Enjoy summer’s bounty! With abundant rainfall nature explodes with prolific beauty.
This is also the season of growing in preparation for harvest sowing. Take care now and plant wisely so that later you can reap many blessings. We are blessed with fruits and vegetables, for instance, which when properly planted and cared for can produce nutritious and satisfying food later.
What does sowing fruits & vegetables have to do with spirituality? Paul in Galatians 6: 7-9 shares insights about spiritual sowing and reaping. “Do not be deceived; God is not mocked, for you reap whatever you sow. If you sow to your own flesh, you will reap corruption from the flesh; but if you sow to the Spirit, you will reap eternal life from the Spirit. So let us not grow weary in doing what is right, for we will reap at harvest time, if we do not give up” (Galatians 6: 7-9).
Material reality is governed by the laws of physics, chemical and biological processes, and mathematics. In comparison, qualities of the spiritual realm involve mighty virtues such as love and truth, which shape a moral and ethical universe with an interesting spillover into physical life. Spiritually aware people recognize that both the natural and supernatural worlds exist simultaneously, each with causes and effects and with one realm able to influence the other.
Paul’s statement about reaping what is sown indicates that even God’s followers are not free from consequences. A person’s actions produce effects: good, bad, and just about everything in-between. The warning is that certain behaviors and attitudes result in unpleasant effects. Get angry, for instance, and not only will your blood pressure rise and muscles tense (a bad physical effect) but you may also elicit a harsh response from the person receiving your anger (a bad social consequence).
Consider for a moment Hinduism, another religion that recognizes the cycle of causes and effects. Karma is a Hindu concept that describes how a person’s actions accumulate, thereby affecting them for both good and bad. However you refer to it, many things in life are connected and there are chain effects and causes, revealing relations between and within the physical and spiritual universes.
The laws of the universe apply to everyone, except in the case of miracles where something happens that defies a usual explanation. It may be tempting for a person to excuse himself from consequences but everyone is accountable. Belief in God and having great faith doesn’t mean that cause and effect no longer apply.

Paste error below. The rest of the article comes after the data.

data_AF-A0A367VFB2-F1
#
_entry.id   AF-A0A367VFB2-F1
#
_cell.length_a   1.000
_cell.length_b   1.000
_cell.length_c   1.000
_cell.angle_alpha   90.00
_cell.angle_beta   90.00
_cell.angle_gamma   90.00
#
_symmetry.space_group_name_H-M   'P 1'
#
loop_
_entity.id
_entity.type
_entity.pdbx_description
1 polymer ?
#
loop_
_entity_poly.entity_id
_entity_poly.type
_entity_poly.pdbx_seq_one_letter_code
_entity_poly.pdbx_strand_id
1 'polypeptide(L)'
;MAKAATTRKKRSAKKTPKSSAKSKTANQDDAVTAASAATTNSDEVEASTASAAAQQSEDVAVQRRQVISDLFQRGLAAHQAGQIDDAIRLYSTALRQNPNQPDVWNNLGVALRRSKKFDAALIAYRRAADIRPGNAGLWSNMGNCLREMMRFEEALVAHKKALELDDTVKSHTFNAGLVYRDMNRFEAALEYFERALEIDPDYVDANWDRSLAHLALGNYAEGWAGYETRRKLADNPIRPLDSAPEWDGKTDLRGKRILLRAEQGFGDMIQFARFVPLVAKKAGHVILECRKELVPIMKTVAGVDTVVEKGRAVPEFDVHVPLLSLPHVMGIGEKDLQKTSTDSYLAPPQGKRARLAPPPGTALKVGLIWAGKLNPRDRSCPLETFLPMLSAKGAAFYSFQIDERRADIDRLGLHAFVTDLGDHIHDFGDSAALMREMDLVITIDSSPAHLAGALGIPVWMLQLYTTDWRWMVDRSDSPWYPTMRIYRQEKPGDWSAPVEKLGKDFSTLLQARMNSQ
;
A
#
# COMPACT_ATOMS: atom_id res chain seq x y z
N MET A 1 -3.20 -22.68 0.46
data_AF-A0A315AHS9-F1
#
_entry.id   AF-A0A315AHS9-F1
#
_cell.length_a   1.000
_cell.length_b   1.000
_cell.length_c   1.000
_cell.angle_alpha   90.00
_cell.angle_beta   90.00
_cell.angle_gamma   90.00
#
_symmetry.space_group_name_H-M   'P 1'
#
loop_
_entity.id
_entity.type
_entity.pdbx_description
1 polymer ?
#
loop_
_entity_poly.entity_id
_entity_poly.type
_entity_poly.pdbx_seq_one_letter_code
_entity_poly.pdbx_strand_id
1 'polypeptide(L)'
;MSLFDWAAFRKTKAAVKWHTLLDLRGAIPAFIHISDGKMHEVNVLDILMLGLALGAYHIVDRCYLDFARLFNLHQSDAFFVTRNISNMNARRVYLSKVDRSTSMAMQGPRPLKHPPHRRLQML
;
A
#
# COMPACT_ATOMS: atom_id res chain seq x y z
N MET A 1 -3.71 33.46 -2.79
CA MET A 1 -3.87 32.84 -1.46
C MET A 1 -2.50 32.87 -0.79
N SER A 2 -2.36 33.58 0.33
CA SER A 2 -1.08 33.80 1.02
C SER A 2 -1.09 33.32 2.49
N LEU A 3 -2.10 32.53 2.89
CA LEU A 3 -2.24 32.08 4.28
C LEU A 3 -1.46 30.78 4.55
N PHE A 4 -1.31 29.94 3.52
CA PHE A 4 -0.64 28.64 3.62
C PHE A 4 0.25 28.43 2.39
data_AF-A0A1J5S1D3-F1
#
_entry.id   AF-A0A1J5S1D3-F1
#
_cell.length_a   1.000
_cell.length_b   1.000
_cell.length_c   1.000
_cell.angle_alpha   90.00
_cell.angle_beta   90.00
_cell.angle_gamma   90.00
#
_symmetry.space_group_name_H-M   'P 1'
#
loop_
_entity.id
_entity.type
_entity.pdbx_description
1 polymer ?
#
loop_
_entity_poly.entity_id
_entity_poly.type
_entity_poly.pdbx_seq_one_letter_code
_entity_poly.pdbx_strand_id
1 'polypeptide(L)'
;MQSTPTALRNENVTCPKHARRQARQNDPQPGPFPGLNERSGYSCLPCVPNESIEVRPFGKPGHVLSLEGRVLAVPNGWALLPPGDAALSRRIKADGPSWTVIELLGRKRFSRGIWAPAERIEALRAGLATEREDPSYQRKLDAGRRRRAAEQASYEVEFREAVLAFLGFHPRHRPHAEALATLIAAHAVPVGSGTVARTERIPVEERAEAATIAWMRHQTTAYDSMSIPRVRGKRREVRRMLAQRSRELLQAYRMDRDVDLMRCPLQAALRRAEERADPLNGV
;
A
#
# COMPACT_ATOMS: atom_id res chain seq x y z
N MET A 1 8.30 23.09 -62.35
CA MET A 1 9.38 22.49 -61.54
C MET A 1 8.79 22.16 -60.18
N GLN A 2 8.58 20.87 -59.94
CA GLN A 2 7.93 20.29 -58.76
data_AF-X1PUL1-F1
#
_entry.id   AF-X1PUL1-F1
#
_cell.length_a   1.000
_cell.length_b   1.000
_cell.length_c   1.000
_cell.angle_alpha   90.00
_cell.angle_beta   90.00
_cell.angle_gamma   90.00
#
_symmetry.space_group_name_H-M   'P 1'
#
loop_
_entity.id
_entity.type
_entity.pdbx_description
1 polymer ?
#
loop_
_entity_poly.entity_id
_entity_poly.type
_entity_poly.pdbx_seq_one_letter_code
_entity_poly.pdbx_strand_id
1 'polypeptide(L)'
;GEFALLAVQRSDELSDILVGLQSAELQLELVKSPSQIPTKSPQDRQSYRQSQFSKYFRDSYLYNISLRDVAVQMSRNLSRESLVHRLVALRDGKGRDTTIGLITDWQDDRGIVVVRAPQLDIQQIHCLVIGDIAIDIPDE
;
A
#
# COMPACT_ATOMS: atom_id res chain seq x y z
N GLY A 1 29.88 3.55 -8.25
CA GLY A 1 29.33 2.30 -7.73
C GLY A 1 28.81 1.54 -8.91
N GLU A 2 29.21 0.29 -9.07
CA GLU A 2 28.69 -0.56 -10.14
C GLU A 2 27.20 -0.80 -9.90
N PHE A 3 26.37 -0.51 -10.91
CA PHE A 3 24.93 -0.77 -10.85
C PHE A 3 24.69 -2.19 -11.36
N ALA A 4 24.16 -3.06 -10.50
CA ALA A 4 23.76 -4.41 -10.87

Humans are spiritual beings integrated with their physical body. Yet people are comprised of matter and thereby governed by physical laws with potentially dire results when those laws are ignored. As people of faith it is our privilege and responsibility to help others realize that poor choices generate negative effects from which God may not miraculously swoop down and rescue them. In other words, don’t blithely rely on miracles to get someone out of trouble.
Miracles disrupt the natural order in certain circumstances but God isn’t obligated to put someone in a miracle bubble to protect them from bad decisions. God provides people with minds and sources of knowledge to help make good choices. So it isn’t the wisest course for someone to live as if angels will rescue them every time they make a mess. Cut yourself with a knife and you’ll bleed; place your hand in a fire and you’ll get burned. Yes, God is merciful and gracious but it is reckless to assume God will alter the universe to suit your whims and foolishness.
Paul was concerned about people indulging the flesh, which refers to a delusional, rampant pursuit of self-destructive pleasure. Paul’s mission to spiritually awaken his audience meant that he contrasted spiritual living against peoples’ tendency to be slaves of desire.
As spiritual beings humans have a much deeper potential than to exhaust themselves grasping for the next deceptive distraction. It’s far better to live with a long-term vision of reaping a rich harvest by planting properly in the here-and-now. This means that living mindfully in the moment is always great advice.
If you seek a close relationship with God then Paul encourages you to sow love and diverse forms of goodness. In doing so you will generate wonderful future results. As you garden or simply observe nature’s glory consider what it is that you are spiritually sowing. Along with your beans and blueberries also plant seeds of compassion and justice. As you do, you can expect a harvest of soul food for which no bushel of fruits or vegetables can substitute. –Reverend Larry Hoxey